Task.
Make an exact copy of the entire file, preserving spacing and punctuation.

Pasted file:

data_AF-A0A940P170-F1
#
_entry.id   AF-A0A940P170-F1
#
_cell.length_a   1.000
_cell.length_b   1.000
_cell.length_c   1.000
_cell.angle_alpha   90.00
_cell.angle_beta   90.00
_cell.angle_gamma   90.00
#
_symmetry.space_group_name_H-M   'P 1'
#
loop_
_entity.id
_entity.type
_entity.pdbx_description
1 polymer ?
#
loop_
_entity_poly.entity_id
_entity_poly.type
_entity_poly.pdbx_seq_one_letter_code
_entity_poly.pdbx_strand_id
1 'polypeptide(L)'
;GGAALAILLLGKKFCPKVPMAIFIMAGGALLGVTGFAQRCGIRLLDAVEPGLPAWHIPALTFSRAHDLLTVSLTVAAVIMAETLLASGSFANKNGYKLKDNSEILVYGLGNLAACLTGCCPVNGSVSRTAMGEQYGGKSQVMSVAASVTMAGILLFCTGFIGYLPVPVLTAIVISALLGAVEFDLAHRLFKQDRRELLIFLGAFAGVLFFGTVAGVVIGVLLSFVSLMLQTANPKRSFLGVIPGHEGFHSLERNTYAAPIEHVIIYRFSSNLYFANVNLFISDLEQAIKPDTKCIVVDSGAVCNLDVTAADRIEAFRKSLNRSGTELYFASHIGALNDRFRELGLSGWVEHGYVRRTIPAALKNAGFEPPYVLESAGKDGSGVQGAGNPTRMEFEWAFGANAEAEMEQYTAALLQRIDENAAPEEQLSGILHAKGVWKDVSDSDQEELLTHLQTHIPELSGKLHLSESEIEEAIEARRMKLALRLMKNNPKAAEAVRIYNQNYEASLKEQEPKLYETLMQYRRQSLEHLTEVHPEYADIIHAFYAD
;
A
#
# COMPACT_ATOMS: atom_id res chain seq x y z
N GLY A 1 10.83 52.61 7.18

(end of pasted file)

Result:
data_AF-A0A940P170-F1
#
_entry.id   AF-A0A940P170-F1
#
_cell.length_a   1.000
_cell.length_b   1.000
_cell.length_c   1.000
_cell.angle_alpha   90.00
_cell.angle_beta   90.00
_cell.angle_gamma   90.00
#
_symmetry.space_group_name_H-M   'P 1'
#
loop_
_entity.id
_entity.type
_entity.pdbx_description
1 polymer ?
#
loop_
_entity_poly.entity_id
_entity_poly.type
_entity_poly.pdbx_seq_one_letter_code
_entity_poly.pdbx_strand_id
1 'polypeptide(L)'
;GGAALAILLLGKKFCPKVPMAIFIMAGGALLGVTGFAQRCGIRLLDAVEPGLPAWHIPALTFSRAHDLLTVSLTVAAVIMAETLLASGSFANKNGYKLKDNSEILVYGLGNLAACLTGCCPVNGSVSRTAMGEQYGGKSQVMSVAASVTMAGILLFCTGFIGYLPVPVLTAIVISALLGAVEFDLAHRLFKQDRRELLIFLGAFAGVLFFGTVAGVVIGVLLSFVSLMLQTANPKRSFLGVIPGHEGFHSLERNTYAAPIEHVIIYRFSSNLYFANVNLFISDLEQAIKPDTKCIVVDSGAVCNLDVTAADRIEAFRKSLNRSGTELYFASHIGALNDRFRELGLSGWVEHGYVRRTIPAALKNAGFEPPYVLESAGKDGSGVQGAGNPTRMEFEWAFGANAEAEMEQYTAALLQRIDENAAPEEQLSGILHAKGVWKDVSDSDQEELLTHLQTHIPELSGKLHLSESEIEEAIEARRMKLALRLMKNNPKAAEAVRIYNQNYEASLKEQEPKLYETLMQYRRQSLEHLTEVHPEYADIIHAFYAD
;
A
#
# COMPACT_ATOMS: atom_id res chain seq x y z
N GLY A 1 10.83 52.61 7.18